In mixed-initiative co-creation tasks, where a human and a machine jointly create items, it is valuable for the generative system to provide multiple relevant suggestions to the designer. Quality-diversity algorithms have been commonly used for this, as they can provide diverse suggestions that are representative of salient areas of the solution space, showcasing solutions with both high fitness and different properties that the designer might be interested in. Since these suggestions are what drives the search process, it is important that they provide the right inspiration for the designer, as well as not stray too far away from the search trajectory, i.e., they should be aligned with what the designer is looking for. Additionally, in most cases, many interactions with the system are required before the designer is content with a solution. In this work, we tackle both of these problems with an interactive constrained MAP-Elites system by crafting emitters that are able to learn the preferences of the designer and use them in automated hidden steps. By learning such preferences, we remain aligned with the designer's intentions, and by applying automatic steps, we generate more solutions per system interaction, giving a larger number of choices to the designer and speeding up the search process. We propose a general framework for preference-learning emitters and test it on a procedural content generation task in the video game Space Engineers. In an internal study, we show that preference-learning emitters allow users to more quickly find relevant solutions.
When generating content for video games using procedural content generation (PCG), the goal is to create functional assets of high quality. Prior work has commonly leveraged the feasible-infeasible two-population (FI-2Pop) constrained optimisation algorithm for PCG, sometimes in combination with the multi-dimensional archive of phenotypic-elites (MAP-Elites) algorithm for finding a set of diverse solutions. However, the fitness function for the infeasible population only takes into account the number of constraints violated. In this paper we present a variant of FI-2Pop in which a surrogate model is trained to predict the fitness of feasible children from infeasible parents, weighted by the probability of producing feasible children. This drives selection towards higher-fitness, feasible solutions. We demonstrate our method on the task of generating spaceships for Space Engineers, showing improvements over both standard FI-2Pop, and the more recent multi-emitter constrained MAP-Elites algorithm.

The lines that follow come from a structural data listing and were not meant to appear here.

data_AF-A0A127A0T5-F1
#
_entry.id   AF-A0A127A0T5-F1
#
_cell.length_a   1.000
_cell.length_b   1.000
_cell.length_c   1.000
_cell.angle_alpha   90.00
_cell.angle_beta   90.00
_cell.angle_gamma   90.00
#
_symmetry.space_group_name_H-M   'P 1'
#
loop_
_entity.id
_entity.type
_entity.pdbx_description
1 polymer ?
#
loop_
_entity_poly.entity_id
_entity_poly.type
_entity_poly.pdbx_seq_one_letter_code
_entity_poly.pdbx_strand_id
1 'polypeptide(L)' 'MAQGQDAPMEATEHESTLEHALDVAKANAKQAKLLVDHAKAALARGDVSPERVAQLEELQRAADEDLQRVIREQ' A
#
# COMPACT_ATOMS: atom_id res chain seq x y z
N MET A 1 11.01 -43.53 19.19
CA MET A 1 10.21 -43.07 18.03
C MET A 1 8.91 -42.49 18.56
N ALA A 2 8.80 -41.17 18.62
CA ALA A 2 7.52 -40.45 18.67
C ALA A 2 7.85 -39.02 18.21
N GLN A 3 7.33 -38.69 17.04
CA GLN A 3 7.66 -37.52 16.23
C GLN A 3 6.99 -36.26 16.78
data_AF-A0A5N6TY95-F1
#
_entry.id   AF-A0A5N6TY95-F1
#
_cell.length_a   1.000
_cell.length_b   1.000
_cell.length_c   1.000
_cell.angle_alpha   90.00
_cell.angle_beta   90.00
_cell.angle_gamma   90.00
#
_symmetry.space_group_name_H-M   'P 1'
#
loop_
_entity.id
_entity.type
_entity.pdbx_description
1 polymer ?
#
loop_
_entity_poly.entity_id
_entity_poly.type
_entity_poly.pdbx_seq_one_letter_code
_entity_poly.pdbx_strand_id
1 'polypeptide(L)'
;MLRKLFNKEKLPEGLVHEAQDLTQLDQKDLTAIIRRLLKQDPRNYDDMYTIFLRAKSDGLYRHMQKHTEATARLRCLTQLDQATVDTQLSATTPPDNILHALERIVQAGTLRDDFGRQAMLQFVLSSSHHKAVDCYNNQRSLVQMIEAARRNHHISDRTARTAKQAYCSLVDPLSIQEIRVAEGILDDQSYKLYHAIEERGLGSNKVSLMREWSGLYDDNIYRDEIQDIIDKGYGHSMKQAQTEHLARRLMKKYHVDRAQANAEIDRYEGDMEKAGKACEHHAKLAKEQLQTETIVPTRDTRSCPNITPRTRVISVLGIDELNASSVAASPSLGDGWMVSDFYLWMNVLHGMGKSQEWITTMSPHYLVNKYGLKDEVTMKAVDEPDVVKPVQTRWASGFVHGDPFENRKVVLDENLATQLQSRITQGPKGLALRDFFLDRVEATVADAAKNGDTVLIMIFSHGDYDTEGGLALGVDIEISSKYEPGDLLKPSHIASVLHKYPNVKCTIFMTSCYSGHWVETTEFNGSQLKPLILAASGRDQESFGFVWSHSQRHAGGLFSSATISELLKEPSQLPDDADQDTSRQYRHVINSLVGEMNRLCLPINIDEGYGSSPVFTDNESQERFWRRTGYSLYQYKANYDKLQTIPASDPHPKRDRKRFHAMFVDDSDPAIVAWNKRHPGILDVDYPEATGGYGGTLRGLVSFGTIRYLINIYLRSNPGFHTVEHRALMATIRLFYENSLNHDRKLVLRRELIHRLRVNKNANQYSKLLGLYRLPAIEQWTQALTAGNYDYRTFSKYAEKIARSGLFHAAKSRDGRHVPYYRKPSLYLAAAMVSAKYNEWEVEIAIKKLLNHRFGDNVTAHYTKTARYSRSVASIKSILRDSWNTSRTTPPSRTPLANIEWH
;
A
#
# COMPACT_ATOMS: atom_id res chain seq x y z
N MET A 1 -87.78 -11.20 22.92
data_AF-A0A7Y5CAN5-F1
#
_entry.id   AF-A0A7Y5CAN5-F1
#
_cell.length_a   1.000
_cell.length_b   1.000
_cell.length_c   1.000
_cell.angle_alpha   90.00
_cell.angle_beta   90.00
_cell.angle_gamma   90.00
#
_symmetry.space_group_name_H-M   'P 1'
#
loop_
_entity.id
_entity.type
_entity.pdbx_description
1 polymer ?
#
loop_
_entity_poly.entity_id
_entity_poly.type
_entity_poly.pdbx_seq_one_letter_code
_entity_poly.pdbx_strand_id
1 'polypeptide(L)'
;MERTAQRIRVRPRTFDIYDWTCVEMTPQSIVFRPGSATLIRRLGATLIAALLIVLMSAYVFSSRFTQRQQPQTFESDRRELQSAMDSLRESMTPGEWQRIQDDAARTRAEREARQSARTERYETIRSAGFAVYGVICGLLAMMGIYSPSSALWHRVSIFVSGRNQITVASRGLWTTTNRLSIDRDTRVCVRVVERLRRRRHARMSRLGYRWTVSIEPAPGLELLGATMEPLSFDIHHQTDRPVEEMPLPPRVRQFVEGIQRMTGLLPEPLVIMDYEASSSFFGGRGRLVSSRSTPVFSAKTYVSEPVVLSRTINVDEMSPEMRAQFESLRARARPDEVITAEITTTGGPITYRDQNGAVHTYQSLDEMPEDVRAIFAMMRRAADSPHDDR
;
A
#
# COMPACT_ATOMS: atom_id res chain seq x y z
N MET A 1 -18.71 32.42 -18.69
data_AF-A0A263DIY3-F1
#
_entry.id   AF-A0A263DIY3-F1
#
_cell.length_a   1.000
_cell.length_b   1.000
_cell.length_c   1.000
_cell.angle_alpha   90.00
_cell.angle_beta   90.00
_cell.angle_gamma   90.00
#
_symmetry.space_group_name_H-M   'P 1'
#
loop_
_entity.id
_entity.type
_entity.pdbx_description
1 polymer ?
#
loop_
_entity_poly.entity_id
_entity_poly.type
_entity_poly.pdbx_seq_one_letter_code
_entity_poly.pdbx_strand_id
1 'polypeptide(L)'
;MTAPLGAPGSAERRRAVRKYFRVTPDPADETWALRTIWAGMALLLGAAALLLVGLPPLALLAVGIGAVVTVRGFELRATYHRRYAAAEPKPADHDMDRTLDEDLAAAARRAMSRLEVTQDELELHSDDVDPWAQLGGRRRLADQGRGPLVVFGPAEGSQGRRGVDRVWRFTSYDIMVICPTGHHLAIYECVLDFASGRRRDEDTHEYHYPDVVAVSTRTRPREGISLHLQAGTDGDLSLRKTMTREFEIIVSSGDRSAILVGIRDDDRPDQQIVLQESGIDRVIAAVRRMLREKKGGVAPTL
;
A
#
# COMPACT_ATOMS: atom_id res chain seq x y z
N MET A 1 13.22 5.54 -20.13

In popular media, there is often a connection drawn between the advent of awareness in artificial agents and those same agents simultaneously achieving human or superhuman level intelligence. In this work, we explore the validity and potential application of this seemingly intuitive link between consciousness and intelligence. We do so by examining the cognitive abilities associated with three contemporary theories of conscious function: Global Workspace Theory (GWT), Information Generation Theory (IGT), and Attention Schema Theory (AST). We find that all three theories specifically relate conscious function to some aspect of domain-general intelligence in humans. With this insight, we turn to the field of Artificial Intelligence (AI) and find that, while still far from demonstrating general intelligence, many state-of-the-art deep learning methods have begun to incorporate key aspects of each of the three functional theories. Given this apparent trend, we use the motivating example of mental time travel in humans to propose ways in which insights from each of the three theories may be combined into a unified model. We believe that doing so can enable the development of artificial agents which are not only more generally intelligent but are also consistent with multiple current theories of conscious function.
Upside down reinforcement learning (UDRL) flips the conventional use of the return in the objective function in RL upside down, by taking returns as input and predicting actions. UDRL is based purely on supervised learning, and bypasses some prominent issues in RL: bootstrapping, off-policy corrections, and discount factors. While previous work with UDRL demonstrated it in a traditional online RL setting, here we show that this single algorithm can also work in the imitation learning and offline RL settings, be extended to the goal-conditioned RL setting, and even the meta-RL setting. With a general agent architecture, a single UDRL agent can learn across all paradigms.
Lately, there has been a resurgence of interest in using supervised learning to solve reinforcement learning problems. Recent work in this area has largely focused on learning command-conditioned policies. We investigate the potential of one such method -- upside-down reinforcement learning -- to work with commands that specify a desired relationship between some scalar value and the observed return. We show that upside-down reinforcement learning can learn to carry out such commands online in a tabular bandit setting and in CartPole with non-linear function approximation. By doing so, we demonstrate the power of this family of methods and open the way for their practical use under more complicated command structures.